I’d like to make my mama proud. That’s one of my main goals in this world. If I’ve made her proud, well, then I’ve really done something.
My mother, you see, is the kind of woman who taught me how to be nice, and how to have manners.
Long ago, she would make me sit with my cousin Myrtle at covered dish socials, so Myrtle wouldn’t be sitting alone. Mama would say things like: “Be polite, and make sure you ask your cousin how her baton twirling is coming along.”
Admittedly, Myrtle was about as interesting as watching ditchwater evaporate. But like I said, I want my mama to be proud.
Maybe I should back up and tell you where all this is coming from.
Earlier this week, I spent some time with people who were—how do I put this— not very nice. Now, they weren’t MEAN people, per se, but you don’t have to be “mean” to be un-nice.
I hope I am never an un-nice person. What would Mama think?
Mama is a woman who says things like: “Don’t talk about yourself too much, it’s like passing gas in an elevator; people will smile, but they don’t mean it.
And: “Be a good listener, your ears will never get you in trouble.”
I don’t aspire to much in this life, but I know that I want to be the kind of man who listens.
Also, I want to be the kind of man who dogs follow for no reason. I want to be the guy who does magic tricks for toddlers.
I want to go around reminding teenagers how important they are. I want to listen to the jokes old men tell when their wives aren’t around.
I want to hear long stories on porches, and I want to be the first to respond: “Well, I Suwannee.”
A good Suwannee is hard to find.
I want the “little guys” to be famous. I want the overlooked to be looked at. I want to clap for the kid who dreams of singing on the Opry stage one day—like Mama clapped for me. I’ve never been on the Opry stage, and never will, either. But Mama really believed I could have been.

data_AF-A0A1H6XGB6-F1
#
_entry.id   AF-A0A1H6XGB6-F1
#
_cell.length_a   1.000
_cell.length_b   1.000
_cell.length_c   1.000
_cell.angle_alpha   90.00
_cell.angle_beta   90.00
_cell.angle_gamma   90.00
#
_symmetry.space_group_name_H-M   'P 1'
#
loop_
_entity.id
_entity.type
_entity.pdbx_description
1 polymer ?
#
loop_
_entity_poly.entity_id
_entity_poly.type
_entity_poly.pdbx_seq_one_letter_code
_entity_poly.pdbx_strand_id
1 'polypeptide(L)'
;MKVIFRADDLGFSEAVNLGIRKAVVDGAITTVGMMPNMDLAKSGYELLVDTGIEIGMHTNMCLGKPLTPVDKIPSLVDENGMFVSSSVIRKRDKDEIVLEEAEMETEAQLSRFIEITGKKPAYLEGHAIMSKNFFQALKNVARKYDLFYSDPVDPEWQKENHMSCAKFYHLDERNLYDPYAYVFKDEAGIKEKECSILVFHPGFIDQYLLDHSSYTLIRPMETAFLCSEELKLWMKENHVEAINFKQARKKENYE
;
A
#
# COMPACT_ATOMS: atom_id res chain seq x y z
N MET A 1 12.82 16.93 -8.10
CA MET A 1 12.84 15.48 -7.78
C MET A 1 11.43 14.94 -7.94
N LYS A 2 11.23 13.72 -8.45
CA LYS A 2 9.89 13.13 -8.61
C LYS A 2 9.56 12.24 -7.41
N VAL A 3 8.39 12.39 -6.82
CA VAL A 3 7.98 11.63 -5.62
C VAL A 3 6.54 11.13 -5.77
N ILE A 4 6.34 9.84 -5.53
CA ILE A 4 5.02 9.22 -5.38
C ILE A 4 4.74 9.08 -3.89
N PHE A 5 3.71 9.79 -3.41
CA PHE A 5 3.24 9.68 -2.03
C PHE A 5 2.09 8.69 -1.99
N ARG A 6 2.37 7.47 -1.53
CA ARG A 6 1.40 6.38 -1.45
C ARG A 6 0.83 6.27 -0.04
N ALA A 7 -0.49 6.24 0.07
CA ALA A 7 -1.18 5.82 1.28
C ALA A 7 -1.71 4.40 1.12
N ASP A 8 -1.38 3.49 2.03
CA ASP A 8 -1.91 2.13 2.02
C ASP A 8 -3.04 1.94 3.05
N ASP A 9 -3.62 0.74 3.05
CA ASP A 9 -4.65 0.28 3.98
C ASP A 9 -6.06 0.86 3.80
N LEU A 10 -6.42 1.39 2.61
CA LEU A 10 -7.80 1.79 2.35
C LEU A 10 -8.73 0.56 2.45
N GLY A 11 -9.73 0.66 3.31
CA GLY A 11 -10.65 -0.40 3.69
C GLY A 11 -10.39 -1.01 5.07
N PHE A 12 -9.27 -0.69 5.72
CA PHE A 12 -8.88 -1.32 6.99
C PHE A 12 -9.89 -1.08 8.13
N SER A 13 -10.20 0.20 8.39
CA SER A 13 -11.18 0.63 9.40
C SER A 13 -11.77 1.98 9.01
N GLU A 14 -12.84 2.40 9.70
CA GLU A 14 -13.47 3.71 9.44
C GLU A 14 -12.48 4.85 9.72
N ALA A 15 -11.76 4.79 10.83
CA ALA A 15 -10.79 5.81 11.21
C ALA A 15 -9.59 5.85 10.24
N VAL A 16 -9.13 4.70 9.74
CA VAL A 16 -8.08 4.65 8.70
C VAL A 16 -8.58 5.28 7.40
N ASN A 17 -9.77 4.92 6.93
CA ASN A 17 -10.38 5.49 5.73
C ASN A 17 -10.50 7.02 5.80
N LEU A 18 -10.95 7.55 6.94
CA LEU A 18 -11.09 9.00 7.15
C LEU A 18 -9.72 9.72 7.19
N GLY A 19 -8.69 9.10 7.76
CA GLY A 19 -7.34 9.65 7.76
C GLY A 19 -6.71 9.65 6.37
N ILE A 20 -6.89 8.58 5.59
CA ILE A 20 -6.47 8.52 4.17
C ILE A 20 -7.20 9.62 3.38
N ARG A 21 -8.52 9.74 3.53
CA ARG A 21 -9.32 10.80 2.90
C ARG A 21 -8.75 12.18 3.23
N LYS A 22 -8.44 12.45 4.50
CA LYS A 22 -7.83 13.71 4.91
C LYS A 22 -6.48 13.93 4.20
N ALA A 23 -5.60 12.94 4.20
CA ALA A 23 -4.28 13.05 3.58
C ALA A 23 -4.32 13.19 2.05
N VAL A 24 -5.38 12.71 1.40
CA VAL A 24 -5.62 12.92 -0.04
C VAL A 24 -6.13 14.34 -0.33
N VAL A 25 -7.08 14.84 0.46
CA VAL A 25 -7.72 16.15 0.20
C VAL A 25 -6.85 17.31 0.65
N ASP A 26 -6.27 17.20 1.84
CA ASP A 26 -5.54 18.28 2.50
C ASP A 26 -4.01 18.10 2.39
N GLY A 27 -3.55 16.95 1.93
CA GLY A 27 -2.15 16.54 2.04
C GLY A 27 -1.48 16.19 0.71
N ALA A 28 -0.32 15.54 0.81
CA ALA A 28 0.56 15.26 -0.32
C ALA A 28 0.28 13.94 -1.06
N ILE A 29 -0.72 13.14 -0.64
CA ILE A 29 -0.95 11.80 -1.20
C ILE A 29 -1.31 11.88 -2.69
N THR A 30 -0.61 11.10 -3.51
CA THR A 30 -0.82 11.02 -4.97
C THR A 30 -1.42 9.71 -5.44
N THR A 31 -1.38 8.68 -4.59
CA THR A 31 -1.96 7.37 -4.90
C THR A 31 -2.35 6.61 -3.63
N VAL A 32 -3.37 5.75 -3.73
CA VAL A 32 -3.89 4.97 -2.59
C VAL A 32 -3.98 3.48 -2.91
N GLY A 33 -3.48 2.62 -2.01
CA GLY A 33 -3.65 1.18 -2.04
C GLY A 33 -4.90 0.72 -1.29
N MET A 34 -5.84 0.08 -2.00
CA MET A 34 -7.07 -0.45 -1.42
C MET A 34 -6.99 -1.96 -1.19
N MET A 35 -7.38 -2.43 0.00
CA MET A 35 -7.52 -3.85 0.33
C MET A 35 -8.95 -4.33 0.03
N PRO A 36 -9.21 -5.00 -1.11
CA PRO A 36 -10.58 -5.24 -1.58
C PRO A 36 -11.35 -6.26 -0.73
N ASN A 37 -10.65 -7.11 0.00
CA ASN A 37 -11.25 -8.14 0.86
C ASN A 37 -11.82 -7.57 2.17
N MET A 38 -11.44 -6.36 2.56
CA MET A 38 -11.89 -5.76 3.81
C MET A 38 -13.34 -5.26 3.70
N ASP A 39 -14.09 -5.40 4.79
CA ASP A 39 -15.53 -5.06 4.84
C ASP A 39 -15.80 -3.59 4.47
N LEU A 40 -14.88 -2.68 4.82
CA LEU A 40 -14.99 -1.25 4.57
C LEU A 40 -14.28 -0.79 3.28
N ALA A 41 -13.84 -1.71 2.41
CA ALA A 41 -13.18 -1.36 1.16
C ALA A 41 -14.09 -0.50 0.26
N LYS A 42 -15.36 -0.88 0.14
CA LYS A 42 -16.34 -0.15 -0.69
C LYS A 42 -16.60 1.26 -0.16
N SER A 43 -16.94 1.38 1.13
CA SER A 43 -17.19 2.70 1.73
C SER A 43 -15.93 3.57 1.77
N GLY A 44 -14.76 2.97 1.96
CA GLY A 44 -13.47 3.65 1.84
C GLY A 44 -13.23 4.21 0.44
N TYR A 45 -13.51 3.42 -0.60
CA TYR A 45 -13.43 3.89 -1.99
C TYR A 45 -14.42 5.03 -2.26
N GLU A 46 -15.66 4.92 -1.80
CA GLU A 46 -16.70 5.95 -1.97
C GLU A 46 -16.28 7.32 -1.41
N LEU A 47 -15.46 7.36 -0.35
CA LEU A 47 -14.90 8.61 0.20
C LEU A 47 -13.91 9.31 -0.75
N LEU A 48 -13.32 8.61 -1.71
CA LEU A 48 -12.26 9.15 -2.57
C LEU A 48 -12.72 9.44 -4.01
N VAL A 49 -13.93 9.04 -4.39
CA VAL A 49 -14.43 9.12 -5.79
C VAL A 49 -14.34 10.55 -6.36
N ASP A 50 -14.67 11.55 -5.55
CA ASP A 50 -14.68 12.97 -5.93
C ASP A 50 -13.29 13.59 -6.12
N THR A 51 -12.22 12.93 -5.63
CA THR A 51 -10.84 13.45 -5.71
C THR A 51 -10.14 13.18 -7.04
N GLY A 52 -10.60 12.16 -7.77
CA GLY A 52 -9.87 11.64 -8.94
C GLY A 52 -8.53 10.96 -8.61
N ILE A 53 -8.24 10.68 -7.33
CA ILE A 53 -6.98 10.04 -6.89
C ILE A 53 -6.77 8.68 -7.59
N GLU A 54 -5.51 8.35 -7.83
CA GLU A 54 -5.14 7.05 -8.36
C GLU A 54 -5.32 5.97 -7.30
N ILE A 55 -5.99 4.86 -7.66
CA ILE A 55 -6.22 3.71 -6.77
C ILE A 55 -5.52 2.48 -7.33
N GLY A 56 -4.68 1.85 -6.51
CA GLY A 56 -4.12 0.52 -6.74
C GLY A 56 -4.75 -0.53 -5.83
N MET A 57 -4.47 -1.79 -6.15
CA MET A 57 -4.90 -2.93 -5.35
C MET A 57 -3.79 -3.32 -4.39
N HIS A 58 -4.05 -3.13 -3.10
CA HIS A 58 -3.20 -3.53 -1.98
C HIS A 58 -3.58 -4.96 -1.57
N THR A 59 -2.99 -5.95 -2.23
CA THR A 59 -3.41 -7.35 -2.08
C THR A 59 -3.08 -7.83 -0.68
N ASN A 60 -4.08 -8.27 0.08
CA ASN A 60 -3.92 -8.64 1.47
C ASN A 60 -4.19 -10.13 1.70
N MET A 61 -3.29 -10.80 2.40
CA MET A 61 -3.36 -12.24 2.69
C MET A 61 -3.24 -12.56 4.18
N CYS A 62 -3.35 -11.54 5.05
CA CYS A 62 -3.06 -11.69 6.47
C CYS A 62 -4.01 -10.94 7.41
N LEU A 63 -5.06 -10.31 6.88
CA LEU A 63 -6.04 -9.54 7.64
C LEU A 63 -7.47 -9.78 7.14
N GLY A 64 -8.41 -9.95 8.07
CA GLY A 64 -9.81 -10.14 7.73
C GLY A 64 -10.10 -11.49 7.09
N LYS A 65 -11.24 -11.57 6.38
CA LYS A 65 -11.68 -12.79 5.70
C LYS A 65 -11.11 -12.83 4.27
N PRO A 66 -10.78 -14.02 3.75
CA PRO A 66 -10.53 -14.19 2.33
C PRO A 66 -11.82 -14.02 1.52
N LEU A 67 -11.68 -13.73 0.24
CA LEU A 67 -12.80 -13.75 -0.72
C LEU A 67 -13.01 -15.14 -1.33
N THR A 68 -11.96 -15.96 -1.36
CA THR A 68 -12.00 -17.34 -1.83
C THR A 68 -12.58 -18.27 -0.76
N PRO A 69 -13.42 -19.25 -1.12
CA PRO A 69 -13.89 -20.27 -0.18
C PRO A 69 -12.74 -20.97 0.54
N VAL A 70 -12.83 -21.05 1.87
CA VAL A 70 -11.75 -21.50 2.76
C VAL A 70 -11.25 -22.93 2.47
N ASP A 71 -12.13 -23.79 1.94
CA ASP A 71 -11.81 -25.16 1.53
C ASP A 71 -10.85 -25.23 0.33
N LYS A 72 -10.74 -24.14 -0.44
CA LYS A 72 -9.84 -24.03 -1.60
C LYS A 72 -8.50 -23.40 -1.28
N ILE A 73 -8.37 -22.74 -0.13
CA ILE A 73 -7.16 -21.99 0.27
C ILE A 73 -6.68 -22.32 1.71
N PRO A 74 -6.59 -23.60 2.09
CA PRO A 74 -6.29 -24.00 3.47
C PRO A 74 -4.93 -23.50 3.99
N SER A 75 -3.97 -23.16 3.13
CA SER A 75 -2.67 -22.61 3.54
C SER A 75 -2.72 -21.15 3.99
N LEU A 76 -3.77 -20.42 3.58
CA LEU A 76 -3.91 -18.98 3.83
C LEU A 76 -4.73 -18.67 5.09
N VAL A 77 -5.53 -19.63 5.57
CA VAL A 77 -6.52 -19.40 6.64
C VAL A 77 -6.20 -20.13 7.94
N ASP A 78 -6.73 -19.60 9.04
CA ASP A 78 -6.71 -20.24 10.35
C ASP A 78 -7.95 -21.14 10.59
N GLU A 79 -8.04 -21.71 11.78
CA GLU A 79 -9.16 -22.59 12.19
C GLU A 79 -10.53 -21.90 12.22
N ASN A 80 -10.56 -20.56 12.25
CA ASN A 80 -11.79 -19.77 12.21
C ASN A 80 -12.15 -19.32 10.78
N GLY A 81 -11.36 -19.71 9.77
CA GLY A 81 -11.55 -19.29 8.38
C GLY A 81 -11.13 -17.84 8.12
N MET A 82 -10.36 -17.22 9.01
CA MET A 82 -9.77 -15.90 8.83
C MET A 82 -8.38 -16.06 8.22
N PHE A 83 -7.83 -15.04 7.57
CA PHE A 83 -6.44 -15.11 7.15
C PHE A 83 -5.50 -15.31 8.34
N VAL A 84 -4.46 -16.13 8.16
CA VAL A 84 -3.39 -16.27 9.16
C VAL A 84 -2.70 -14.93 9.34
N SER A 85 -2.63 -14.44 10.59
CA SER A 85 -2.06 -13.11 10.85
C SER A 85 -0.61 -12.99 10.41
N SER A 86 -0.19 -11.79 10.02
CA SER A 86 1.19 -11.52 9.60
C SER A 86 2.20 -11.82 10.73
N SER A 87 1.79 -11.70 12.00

I want to believe in people like she does. I want to watch sunsets with friends and convince them that they are the most SPECIALEST people in the world. And I want to use words like “specialest,” even though that word is English blasphemy.
I want cheap beer in the bottle. I don’t need a New York strip, just give me a hamburger and onion rings as big as hula hoops. Then, I want you to know that you can hug me whenever you want and get a hug in return.
A good hug is harder to find than a good Suwannee.
And if I live long enough to see my own white hair, I want to be a man who is proud of people who don’t have someone to be proud of them.
I want my friends to succeed and surpass me. I want to be the one cheering for them in the bleachers. I want my funeral to be filled with people who say things like, “Sean Dietrich, wasn’t he a mess?”
And I want you to know you are magnificent.
Everyone and anyone. Landscapers, meter-readers, garbage men, abused spouses, ex-convicts, divorcees, jewelry artists, single mothers, lonely fathers, Mexican immigrants, nurses, attorneys, Waffle House waitresses, concrete layers, Baptists, insurance salesmen, and even my cousin Myrtle.
I hope I am the sort of guy who is kind.
But most of all, I hope to make my mother proud.